A large pink building a few kilometers from the city center, Dalat’s Lam Dong Museum is a hub of the province’s ethnic history, from displays of traditional housing to minority clothing and instruments, to dug up archeological sites. The total area around the museum grounds also houses a folk games area for kids, the queen’s palace, a Lingam-Yoni stone sculpture, a giant gong replica and full replicas of two ethnic stilt houses.
The museum is much more well kept than the Biological Institute of Dalat, and at VND 5,000 less it’s the best-valued paid attraction in the city. Of course it’s not as eerie or atmospheric, but it’s still the most well-maintained and comprehensive museum in the province. If you’re into archeological sites and wax figures, as well as the little-known minorities that are often neglected by the Vietnamese government and people, the Lam Dong Museum is packed with fun displays and some interactive elements that make the 1-2 romp through the floors worth it, educating you about their culture, traditions, garb, housing, instruments and rituals.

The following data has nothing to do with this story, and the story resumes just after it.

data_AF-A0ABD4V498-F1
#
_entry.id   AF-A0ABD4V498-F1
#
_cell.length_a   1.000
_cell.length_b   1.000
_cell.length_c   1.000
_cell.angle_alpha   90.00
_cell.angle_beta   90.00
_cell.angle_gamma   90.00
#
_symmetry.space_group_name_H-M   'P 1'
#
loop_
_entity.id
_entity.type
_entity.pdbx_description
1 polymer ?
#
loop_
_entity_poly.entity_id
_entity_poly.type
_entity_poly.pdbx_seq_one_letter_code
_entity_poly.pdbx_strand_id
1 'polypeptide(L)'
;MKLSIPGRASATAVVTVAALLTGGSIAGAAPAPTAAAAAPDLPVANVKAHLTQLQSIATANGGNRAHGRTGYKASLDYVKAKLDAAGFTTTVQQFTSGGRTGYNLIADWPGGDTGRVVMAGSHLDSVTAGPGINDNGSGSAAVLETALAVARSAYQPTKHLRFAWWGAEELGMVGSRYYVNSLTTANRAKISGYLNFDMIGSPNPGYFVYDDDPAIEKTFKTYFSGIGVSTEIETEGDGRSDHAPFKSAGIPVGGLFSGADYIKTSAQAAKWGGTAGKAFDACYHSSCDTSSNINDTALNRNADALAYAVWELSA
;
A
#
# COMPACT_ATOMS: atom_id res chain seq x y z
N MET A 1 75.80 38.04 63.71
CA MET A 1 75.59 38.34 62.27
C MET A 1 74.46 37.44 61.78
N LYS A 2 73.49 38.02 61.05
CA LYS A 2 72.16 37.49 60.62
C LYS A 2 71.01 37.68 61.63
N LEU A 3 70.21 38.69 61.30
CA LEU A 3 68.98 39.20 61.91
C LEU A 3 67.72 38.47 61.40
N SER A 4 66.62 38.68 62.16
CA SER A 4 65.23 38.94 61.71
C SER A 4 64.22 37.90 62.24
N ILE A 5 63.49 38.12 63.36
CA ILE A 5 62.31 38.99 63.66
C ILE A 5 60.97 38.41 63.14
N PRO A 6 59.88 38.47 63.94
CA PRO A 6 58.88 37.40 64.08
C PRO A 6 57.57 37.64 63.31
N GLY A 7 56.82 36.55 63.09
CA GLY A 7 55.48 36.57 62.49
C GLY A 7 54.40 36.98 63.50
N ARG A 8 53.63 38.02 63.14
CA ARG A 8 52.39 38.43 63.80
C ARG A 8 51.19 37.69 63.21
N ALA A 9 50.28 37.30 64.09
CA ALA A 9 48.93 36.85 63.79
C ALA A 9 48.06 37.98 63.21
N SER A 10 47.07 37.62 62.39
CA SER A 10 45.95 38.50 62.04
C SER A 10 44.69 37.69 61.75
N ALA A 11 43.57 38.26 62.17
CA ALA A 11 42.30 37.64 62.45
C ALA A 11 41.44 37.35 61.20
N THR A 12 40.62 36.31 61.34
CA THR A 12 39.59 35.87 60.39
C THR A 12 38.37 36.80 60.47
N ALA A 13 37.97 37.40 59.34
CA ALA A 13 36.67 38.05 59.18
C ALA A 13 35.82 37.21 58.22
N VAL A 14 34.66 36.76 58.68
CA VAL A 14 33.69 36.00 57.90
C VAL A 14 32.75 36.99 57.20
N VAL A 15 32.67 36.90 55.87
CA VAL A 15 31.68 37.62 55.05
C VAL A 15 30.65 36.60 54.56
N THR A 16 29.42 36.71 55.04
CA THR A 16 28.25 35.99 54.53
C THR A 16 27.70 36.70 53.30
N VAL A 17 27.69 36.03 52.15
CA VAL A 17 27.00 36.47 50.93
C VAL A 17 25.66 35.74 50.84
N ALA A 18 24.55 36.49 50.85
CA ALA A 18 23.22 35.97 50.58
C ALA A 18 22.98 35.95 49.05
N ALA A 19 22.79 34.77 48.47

At the entrance is a lackluster gift shop, and the toilets throughout the facility are barely acceptable, but other than that, the museum is rather interesting. There are prehistoric items dug up from ancient sites, as well as war paraphernalia from Vietnam’s past two conflicts with America and France. The propaganda in the war rooms gives an often overlooked (in the West, at least) perspective of Vietnam’s struggles and outlook.
Upon entering you see a large golden-colored statue of Ho Chi Minh. To the left of Uncle Ho is a section with some documents from Alexandre Yersin on display, along his historic photographs that show life before colonization. Like the Biological Institute, the Lam Dong Museum has taxidermy, just here it’s much more preserved and normal - and thus somewhat less interesting than the shoddily stuffed game mulling about in the Institute.
Placards are written in both English and Vietnamese, and there are interactive exhibits like ethnic musical instruments you can play as well as a short educational video on the history of Dalat. Overall, it’s a fun time, especially if you’re heading to the province during rainy periods.